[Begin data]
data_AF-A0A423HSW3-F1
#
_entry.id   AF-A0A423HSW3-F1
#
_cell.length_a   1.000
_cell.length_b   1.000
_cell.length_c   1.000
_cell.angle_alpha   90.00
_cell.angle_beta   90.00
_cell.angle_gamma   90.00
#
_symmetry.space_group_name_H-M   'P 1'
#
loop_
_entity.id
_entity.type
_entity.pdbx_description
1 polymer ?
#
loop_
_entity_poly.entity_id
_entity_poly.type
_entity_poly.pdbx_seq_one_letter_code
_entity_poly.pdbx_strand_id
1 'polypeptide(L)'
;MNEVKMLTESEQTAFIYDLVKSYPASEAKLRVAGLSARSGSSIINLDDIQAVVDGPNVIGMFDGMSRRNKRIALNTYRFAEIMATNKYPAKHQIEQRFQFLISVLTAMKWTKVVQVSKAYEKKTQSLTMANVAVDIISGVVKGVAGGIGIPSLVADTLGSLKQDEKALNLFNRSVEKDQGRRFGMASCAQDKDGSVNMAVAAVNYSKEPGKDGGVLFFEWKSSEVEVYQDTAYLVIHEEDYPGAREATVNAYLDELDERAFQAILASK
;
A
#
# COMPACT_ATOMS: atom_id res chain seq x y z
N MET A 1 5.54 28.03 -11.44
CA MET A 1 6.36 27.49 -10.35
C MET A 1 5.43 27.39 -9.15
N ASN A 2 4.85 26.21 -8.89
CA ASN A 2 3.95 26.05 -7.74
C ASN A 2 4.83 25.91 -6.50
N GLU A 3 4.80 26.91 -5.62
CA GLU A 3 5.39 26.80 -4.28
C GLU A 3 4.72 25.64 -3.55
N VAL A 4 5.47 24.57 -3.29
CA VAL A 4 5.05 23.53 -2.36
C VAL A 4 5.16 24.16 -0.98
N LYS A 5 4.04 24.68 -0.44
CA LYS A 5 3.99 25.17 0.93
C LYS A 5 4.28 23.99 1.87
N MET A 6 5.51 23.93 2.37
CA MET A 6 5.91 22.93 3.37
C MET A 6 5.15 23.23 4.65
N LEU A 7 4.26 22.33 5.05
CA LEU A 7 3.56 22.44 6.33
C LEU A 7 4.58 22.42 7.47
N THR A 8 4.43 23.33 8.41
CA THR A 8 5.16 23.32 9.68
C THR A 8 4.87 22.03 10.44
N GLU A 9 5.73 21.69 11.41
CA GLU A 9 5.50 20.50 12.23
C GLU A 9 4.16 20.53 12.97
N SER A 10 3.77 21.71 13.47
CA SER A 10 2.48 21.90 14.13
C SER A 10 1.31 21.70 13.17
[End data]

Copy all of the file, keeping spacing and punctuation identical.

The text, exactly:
data_AF-A0A423HSW3-F1
#
_entry.id   AF-A0A423HSW3-F1
#
_cell.length_a   1.000
_cell.length_b   1.000
_cell.length_c   1.000
_cell.angle_alpha   90.00
_cell.angle_beta   90.00
_cell.angle_gamma   90.00
#
_symmetry.space_group_name_H-M   'P 1'
#
loop_
_entity.id
_entity.type
_entity.pdbx_description
1 polymer ?
#
loop_
_entity_poly.entity_id
_entity_poly.type
_entity_poly.pdbx_seq_one_letter_code
_entity_poly.pdbx_strand_id
1 'polypeptide(L)'
;MNEVKMLTESEQTAFIYDLVKSYPASEAKLRVAGLSARSGSSIINLDDIQAVVDGPNVIGMFDGMSRRNKRIALNTYRFAEIMATNKYPAKHQIEQRFQFLISVLTAMKWTKVVQVSKAYEKKTQSLTMANVAVDIISGVVKGVAGGIGIPSLVADTLGSLKQDEKALNLFNRSVEKDQGRRFGMASCAQDKDGSVNMAVAAVNYSKEPGKDGGVLFFEWKSSEVEVYQDTAYLVIHEEDYPGAREATVNAYLDELDERAFQAILASK
;
A
#
# COMPACT_ATOMS: atom_id res chain seq x y z
N MET A 1 5.54 28.03 -11.44
CA MET A 1 6.36 27.49 -10.35
C MET A 1 5.43 27.39 -9.15
N ASN A 2 4.85 26.21 -8.89
CA ASN A 2 3.95 26.05 -7.74
C ASN A 2 4.83 25.91 -6.50
N GLU A 3 4.80 26.91 -5.62
CA GLU A 3 5.39 26.80 -4.28
C GLU A 3 4.72 25.64 -3.55
N VAL A 4 5.47 24.57 -3.29
CA VAL A 4 5.05 23.53 -2.36
C VAL A 4 5.16 24.16 -0.98
N LYS A 5 4.04 24.68 -0.44
CA LYS A 5 3.99 25.17 0.93
C LYS A 5 4.28 23.99 1.87
N MET A 6 5.51 23.93 2.37
CA MET A 6 5.91 22.93 3.37
C MET A 6 5.15 23.23 4.65
N LEU A 7 4.26 22.33 5.05
CA LEU A 7 3.56 22.44 6.33
C LEU A 7 4.58 22.42 7.47
N THR A 8 4.43 23.33 8.41
CA THR A 8 5.16 23.32 9.68
C THR A 8 4.87 22.03 10.44
N GLU A 9 5.73 21.69 11.41
CA GLU A 9 5.50 20.50 12.23
C GLU A 9 4.16 20.53 12.97
N SER A 10 3.77 21.71 13.47
CA SER A 10 2.48 21.90 14.13
C SER A 10 1.31 21.70 13.17